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Hi... I Installed FTP Daemon On My CentOS VPS And Created FTP User For That.... Now The Scenario Is, Everyday root User Creates Some Directories And FTP User Need To ...
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  1. #1
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    FTP And Permission Problem


    Hi...

    I Installed FTP Daemon On My CentOS VPS
    And Created FTP User For That....

    Now The Scenario Is,

    Everyday root User Creates Some Directories And FTP User Need To Be Able To Read/Write In Those Directories.

    But I Am Getting Permission Denied.

    root Has To Chown Those Directories, So That FTP User Can Read/Write Them...
    But Everyday So Many New Directories Are Created.

    Is There A Way FTP User Can Read/Write Without root Having To Chown Them,
    Like, What If I Add FTP User To The "Group" root...
    Or Something Like That, Will That Solve My Problem

    Thanks

  2. #2
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    Smile

    thanks for sharing information about servers

  3. #3
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    @freshcrop
    I Did Not Posted To Share Information...

    I Posted To Ask A Question...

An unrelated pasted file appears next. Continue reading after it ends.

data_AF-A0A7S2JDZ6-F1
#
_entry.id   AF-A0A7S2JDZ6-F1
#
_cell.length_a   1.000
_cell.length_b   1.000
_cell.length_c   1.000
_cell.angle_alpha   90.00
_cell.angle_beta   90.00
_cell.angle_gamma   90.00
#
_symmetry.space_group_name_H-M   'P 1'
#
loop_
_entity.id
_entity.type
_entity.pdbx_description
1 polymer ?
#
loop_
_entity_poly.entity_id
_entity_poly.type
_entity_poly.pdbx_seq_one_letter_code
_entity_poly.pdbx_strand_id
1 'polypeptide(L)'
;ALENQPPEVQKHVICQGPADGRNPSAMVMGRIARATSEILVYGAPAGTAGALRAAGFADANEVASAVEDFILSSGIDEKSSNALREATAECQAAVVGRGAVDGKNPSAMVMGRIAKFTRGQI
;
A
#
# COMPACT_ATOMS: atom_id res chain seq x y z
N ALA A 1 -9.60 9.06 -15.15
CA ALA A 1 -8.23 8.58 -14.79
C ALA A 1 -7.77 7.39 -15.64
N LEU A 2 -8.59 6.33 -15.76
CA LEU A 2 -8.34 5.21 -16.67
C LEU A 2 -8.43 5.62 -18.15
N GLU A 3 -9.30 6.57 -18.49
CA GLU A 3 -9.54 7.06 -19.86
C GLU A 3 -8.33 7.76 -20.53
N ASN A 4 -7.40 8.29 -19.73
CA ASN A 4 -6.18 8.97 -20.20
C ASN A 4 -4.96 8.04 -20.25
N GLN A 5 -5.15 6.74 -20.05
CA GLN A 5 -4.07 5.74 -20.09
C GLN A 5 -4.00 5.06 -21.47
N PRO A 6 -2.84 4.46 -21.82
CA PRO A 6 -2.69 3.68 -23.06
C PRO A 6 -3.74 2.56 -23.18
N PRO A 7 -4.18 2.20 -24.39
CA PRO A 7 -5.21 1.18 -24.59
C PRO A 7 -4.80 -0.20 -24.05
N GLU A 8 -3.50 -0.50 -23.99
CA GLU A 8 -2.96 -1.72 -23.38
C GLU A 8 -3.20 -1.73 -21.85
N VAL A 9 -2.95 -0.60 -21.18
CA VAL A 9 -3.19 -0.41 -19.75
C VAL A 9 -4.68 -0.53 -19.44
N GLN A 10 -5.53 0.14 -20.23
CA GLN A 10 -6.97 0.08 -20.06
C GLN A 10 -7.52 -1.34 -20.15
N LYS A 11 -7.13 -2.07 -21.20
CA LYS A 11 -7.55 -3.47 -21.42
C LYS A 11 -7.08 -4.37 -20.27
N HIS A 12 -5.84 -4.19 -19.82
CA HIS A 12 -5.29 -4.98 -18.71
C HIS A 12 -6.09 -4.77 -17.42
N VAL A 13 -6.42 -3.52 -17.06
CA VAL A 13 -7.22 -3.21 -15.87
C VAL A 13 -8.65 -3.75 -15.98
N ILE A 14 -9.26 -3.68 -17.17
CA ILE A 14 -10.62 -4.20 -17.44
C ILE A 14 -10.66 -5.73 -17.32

Did You Understood My Question... ??

  4. #4
    Linux Enthusiast scathefire's Avatar
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    you have to appease the UNIX permissions, whether it be through chown or doing a chmod 777 and make the permissions wide open, but that may not be safe.
    linux user # 503963

  5. #5
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    Hi

    There is also another way to set permission, ver simmilar to NTFS in windows.
    its called ACL (or FACL).

    there are 2 commands that do that:

    getfacl
    setfacl


    getfacl - get file access control lists
    For each file, getfacl displays the file name, owner, the group, and the Access Control List (ACL). If a directory has a default ACL, getfacl also displays the default ACL. Non-directories cannot have default ACLs.
    If getfacl is used on a file system that does not support ACLs, getfacl displays the access permissions defined by the traditional file mode permission bits.

    setfacl - set file access control lists
    This utility sets Access Control Lists (ACLs) of files and directories. On the command line, a sequence of commands is followed by a sequence of files (which in turn can be followed by another sequence of commands, ...).

    examples:
    getfacl /testdir - will display ACL info on testdir

    setfacl -Rd -m u:myuser:rwx /testdir - will allow myuser to
    read/write/exec in /testdir regardless of unix permissions.
    This will also be inherited(-R / recursive switch, -d to modify default ACL on top dir) in directories below /testdir.


    Also, notice "+" symbol at permissions, which indicate that ACL has been set

    [myuser@localhost testdir]$ ls -l / | grep testdir
    drwxrwxr-x+ 2 root root 4096 Jul 11 10:12 testdir

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